Understanding Dog Brain Tumors and Knowing When to Consider Euthanasia

Dog Brain Tumors

Dogs are more than just companions; they are family members and best pals. They bring us happiness, warmth, and love. That's why seeing kids suffer from any sickness, especially one that affects their brain, is painful.

Brain tumors are one of the most serious and challenging health problems that can affect dogs. They can cause seizures, behavioral changes, vision problems, and other neurological signs that can reduce the quality of life of your dog and make you feel helpless and hopeless.

In this article, we will explain what brain tumors are, what causes them, how they are diagnosed and treated, and what are the prognosis and quality of life for dogs with brain tumors. 

We will also discuss how to cope with the emotional stress of having a dog with a brain tumor, when and how to decide on euthanasia for your dog, what are the options and procedures for euthanasia, and how to grieve and heal after losing your dog.

What are Dog Brain Tumors and What Causes Them?

A brain tumour is an abnormal development of bodily tissue within or near the brain. Brain tumors are classified into two types: primary and secondary. Primary brain tumors arise from the brain's tissues or the meninges, which are the membranes that envelop the brain.

The term "secondary brain tumor" refers to a tumor that has spread from another part of the body to the brain or from nearby tissues, such as the cranial nerves.

According to Charlotte Hacker, Ph.D., at PetMD, “There are no known direct causes of brain tumors in dogs. Research suggests that a combination of factors, such as diet, surrounding environment, genetics, and immune system health, may be involved. Brain tumors can occur at any age but typically happen in dogs over the age of 5.”

It seems that some dog breeds are more likely than others to develop brain tumors. The Boxer, Golden Retriever, Doberman Pinscher, Scottish Terrier, and Old English Sheepdog are some of the breeds that appear to be particularly predisposed to developing brain tumors in general. 

Meningioma, a type of benign brain tumor that develops in the membranes surrounding the brain, is more common in Collies and other dogs with long, narrow heads and noses. 

Pituitary gland tumors and glial cell tumors, which arise from the structural cells of the nervous system, are more common in pugs and other short-nosed breeds.

What are the Signs and Symptoms of Dog Brain Tumors?

Brain tumors in dogs can cause a variety of symptoms, depending on the type, location, and size of the tumor. Some of the common signs to look out for include:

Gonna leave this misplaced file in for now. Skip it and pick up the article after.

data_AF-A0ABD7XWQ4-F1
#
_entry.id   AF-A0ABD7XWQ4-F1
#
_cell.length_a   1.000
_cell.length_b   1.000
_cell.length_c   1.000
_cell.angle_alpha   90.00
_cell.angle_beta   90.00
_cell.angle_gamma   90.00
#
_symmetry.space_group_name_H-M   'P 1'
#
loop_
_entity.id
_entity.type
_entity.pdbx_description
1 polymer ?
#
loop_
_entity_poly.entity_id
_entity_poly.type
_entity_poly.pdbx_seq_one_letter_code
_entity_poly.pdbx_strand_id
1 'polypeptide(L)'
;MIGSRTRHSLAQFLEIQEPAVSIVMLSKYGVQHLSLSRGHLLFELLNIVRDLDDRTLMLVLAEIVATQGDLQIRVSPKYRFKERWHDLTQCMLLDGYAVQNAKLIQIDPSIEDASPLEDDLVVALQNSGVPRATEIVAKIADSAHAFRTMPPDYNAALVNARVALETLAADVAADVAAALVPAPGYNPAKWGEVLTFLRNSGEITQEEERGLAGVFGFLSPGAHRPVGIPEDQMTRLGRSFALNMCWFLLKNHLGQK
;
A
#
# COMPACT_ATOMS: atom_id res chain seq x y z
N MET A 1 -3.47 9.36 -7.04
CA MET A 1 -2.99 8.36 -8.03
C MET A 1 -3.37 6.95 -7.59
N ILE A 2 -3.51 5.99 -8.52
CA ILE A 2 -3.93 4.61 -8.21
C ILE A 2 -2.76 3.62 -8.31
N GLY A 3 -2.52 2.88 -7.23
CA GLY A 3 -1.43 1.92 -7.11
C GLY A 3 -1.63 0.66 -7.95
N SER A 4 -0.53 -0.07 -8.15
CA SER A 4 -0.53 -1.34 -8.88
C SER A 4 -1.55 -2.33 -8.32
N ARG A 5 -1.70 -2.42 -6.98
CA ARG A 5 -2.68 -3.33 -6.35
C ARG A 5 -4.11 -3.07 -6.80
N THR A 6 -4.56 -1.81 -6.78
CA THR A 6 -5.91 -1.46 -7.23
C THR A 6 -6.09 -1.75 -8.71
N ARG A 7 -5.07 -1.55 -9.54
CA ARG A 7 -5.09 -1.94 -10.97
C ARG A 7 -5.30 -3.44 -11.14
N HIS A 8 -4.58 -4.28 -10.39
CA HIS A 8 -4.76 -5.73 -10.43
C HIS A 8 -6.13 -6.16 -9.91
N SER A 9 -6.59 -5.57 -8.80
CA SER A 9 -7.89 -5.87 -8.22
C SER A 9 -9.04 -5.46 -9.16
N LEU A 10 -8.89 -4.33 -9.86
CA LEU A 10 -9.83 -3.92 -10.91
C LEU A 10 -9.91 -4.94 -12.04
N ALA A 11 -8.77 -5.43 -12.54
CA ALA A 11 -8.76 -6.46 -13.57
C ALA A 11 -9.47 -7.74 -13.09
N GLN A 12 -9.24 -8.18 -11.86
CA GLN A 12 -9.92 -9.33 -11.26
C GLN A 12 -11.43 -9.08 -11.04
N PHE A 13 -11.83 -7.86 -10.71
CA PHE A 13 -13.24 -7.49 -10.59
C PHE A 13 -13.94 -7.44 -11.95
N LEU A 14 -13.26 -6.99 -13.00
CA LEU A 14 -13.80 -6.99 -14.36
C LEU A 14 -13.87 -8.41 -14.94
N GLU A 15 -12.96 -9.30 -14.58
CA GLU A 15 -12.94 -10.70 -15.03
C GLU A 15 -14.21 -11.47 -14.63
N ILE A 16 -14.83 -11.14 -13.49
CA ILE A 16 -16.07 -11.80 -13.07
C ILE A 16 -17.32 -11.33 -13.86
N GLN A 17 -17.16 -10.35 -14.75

• Seizures: One of the earliest and most typical signs of brain tumors in dogs is this. A few seconds to several minutes can pass between mild and severe seizures. They can also be focal or generalized, affecting the entire body or just one particular area. Seizures may be a sign that the tumor is inflaming or pressing on the brain tissue.

• Behavioral changes: Brain tumors can cause personality, mood, or cognitive changes in dogs. They might escalate their level of aggression, anxiety, depression, or confusion. Additionally, they might exhibit disorientation-related behaviors like aimless wandering, head pressing, or blank stares. Behavior modifications may be a sign that the tumor is affecting the brain regions in charge of emotions, memory, or learning.

• Vision problems: Dogs with brain tumors may have difficulty seeing clearly, or may lose their vision partially or completely. They may bump into objects, miss their food bowl, or fail to recognize familiar people or animals. Vision problems can indicate that the tumor is affecting the optic nerve or the parts of the brain involved in visual processing.

• Balance and coordination issues: Dogs with brain tumors may have trouble walking, standing, or maintaining their posture. They may stumble, fall, tilt their head, or circle around. They may also experience vestibular disease, which is a condition that causes dizziness, nausea, and nystagmus (rapid eye movements). Balance and coordination issues can indicate that the tumor is affecting the cerebellum or the brainstem, which is responsible for regulating movement and equilibrium.

• Other physical symptoms: Dogs with brain tumors may also show other signs of discomfort or pain, such as panting, drooling, difficulty swallowing, weight loss, or chronic lethargy. These symptoms can indicate that the tumor is affecting the dog’s overall health and well-being.

How are Dog Brain Tumors Diagnosed and Treated?

A brain tumor in an older dog may be suspected based on aberrant neurological indications. The veterinarian will begin with a thorough physical examination to look for any signs that something is wrong with your dog's brain, spinal cord, or nerves.

To rule out other causes of seizures or odd behavior, bloodwork such as a complete blood count and serum blood chemistry will most likely be performed. Although routine bloodwork cannot detect a brain tumor, it can rule out other potential explanations for your dog's symptoms.